• Neighbors fight back against $6,000 sewer fee

    By: Carl Willis

    Updated:

    FORSYTH COUNTY, Ga. - Around 200 residents attended a meeting Wednesday to fight a surprise fee they were told they would have to pay to cover upgraded sewer services.

    Residents in the Habersham neighborhood in Cumming are facing a $6,250 connection fee to keep their sewer service. 

    The city of Cumming recently took control of a private water treatment facility that it is now in the process of condemning after a fire in April.

    Neighbors got a notice in the mail telling them they'd have to pay thousands of dollars in just 60 days for a system they have already been paying into for years.

    "Many people on fixed incomes there and this is unexpected," homeowner Julie Allen said. 

    Forsyth County Commissioner Laura Semansan held a town hall meeting Wednesday for residents to address their concerns.

    "It's nice to see people are standing up," homeowner Camille Farnsworth said.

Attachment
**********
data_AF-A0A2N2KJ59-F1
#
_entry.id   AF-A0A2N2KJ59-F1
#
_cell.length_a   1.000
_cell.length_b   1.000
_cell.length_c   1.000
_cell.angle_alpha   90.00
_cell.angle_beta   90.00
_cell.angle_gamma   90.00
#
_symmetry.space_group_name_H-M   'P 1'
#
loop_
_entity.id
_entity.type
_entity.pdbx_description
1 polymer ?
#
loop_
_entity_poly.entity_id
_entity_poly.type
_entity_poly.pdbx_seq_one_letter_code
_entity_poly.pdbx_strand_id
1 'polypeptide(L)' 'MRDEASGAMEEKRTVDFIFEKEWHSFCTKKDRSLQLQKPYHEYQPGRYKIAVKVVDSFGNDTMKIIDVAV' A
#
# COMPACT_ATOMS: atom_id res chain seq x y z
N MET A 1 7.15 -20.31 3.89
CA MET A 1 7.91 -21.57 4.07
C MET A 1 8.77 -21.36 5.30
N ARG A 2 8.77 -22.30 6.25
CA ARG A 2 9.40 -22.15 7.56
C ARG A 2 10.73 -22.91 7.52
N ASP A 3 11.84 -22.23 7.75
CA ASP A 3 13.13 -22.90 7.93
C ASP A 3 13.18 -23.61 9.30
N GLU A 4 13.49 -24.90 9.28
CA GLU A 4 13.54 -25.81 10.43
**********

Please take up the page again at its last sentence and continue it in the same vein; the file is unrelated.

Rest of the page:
Residents said they'll hire a lawyer to file an injunction.

    The attorney who represents the plant's previous owner promised legal action when the city files a condemnation suit.

    "The city is trying to take it for nothing, and we're going to stand up to them and try to get a just compensation award and then distribute it pro rata among our 400 customers," attorney George Butler said.

    The city's mayor and officials were invited to the meeting but did not show up. In a letter to one of the residents, they offered individual payment terms.

    "Due to the horrendous condition of the facility, this process will cost an estimated $4 million at minimum," the letter said.

    The city plans to replace the plant with a $75 million facility.

    Some residents believe there is more going on below the surface.

    "It's all about development. I think it is about the golf course. There's so much coming in they need this. They need to build on this plant," Royanne Donnelly said.

    For now, residents will have to negotiate their terms with the city as they work for a long-term solution.

     

     

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